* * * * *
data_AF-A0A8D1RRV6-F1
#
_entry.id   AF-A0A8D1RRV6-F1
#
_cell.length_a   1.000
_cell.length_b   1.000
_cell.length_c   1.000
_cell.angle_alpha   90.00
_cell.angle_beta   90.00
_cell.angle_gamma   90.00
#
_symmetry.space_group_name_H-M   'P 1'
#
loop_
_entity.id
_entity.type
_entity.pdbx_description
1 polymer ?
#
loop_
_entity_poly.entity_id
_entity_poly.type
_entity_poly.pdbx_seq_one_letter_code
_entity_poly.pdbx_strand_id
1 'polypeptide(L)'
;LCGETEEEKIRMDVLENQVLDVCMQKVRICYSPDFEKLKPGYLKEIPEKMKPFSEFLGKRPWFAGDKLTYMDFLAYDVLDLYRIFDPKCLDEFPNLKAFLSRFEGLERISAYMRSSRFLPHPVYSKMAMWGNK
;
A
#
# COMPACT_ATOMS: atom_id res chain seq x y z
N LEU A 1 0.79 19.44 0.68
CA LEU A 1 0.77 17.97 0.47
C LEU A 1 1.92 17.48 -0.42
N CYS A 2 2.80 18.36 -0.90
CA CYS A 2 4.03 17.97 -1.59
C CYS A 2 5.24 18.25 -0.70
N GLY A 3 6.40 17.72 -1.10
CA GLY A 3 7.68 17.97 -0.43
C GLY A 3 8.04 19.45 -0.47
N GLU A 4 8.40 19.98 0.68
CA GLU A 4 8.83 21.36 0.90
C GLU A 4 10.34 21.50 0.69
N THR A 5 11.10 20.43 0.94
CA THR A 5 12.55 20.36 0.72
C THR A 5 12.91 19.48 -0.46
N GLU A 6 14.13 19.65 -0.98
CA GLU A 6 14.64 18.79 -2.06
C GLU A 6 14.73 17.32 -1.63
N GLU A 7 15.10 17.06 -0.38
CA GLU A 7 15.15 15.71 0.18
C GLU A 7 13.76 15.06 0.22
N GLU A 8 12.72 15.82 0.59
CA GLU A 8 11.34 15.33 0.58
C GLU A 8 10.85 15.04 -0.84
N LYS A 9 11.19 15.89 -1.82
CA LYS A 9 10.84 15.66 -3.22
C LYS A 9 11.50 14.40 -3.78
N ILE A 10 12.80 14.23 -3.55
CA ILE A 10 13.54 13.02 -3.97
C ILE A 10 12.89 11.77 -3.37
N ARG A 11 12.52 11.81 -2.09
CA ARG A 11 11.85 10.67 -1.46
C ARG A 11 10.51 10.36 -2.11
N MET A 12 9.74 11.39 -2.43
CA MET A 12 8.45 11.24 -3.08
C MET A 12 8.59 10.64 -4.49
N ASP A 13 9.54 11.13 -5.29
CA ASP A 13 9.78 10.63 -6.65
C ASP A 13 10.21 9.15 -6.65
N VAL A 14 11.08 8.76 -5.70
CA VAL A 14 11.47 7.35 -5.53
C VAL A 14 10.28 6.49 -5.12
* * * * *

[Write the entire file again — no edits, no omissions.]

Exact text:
data_AF-A0A8D1RRV6-F1
#
_entry.id   AF-A0A8D1RRV6-F1
#
_cell.length_a   1.000
_cell.length_b   1.000
_cell.length_c   1.000
_cell.angle_alpha   90.00
_cell.angle_beta   90.00
_cell.angle_gamma   90.00
#
_symmetry.space_group_name_H-M   'P 1'
#
loop_
_entity.id
_entity.type
_entity.pdbx_description
1 polymer ?
#
loop_
_entity_poly.entity_id
_entity_poly.type
_entity_poly.pdbx_seq_one_letter_code
_entity_poly.pdbx_strand_id
1 'polypeptide(L)'
;LCGETEEEKIRMDVLENQVLDVCMQKVRICYSPDFEKLKPGYLKEIPEKMKPFSEFLGKRPWFAGDKLTYMDFLAYDVLDLYRIFDPKCLDEFPNLKAFLSRFEGLERISAYMRSSRFLPHPVYSKMAMWGNK
;
A
#
# COMPACT_ATOMS: atom_id res chain seq x y z
N LEU A 1 0.79 19.44 0.68
CA LEU A 1 0.77 17.97 0.47
C LEU A 1 1.92 17.48 -0.42
N CYS A 2 2.80 18.36 -0.90
CA CYS A 2 4.03 17.97 -1.59
C CYS A 2 5.24 18.25 -0.70
N GLY A 3 6.40 17.72 -1.10
CA GLY A 3 7.68 17.97 -0.43
C GLY A 3 8.04 19.45 -0.47
N GLU A 4 8.40 19.98 0.68
CA GLU A 4 8.83 21.36 0.90
C GLU A 4 10.34 21.50 0.69
N THR A 5 11.10 20.43 0.94
CA THR A 5 12.55 20.36 0.72
C THR A 5 12.91 19.48 -0.46
N GLU A 6 14.13 19.65 -0.98
CA GLU A 6 14.64 18.79 -2.06
C GLU A 6 14.73 17.32 -1.63
N GLU A 7 15.10 17.06 -0.38
CA GLU A 7 15.15 15.71 0.18
C GLU A 7 13.76 15.06 0.22
N GLU A 8 12.72 15.82 0.59
CA GLU A 8 11.34 15.33 0.58
C GLU A 8 10.85 15.04 -0.84
N LYS A 9 11.19 15.89 -1.82
CA LYS A 9 10.84 15.66 -3.22
C LYS A 9 11.50 14.40 -3.78
N ILE A 10 12.80 14.23 -3.55
CA ILE A 10 13.54 13.02 -3.97
C ILE A 10 12.89 11.77 -3.37
N ARG A 11 12.52 11.81 -2.09
CA ARG A 11 11.85 10.67 -1.46
C ARG A 11 10.51 10.36 -2.11
N MET A 12 9.74 11.39 -2.43
CA MET A 12 8.45 11.24 -3.08
C MET A 12 8.59 10.64 -4.49
N ASP A 13 9.54 11.13 -5.29
CA ASP A 13 9.78 10.63 -6.65
C ASP A 13 10.21 9.15 -6.65
N VAL A 14 11.08 8.76 -5.70
CA VAL A 14 11.47 7.35 -5.53
C VAL A 14 10.28 6.49 -5.12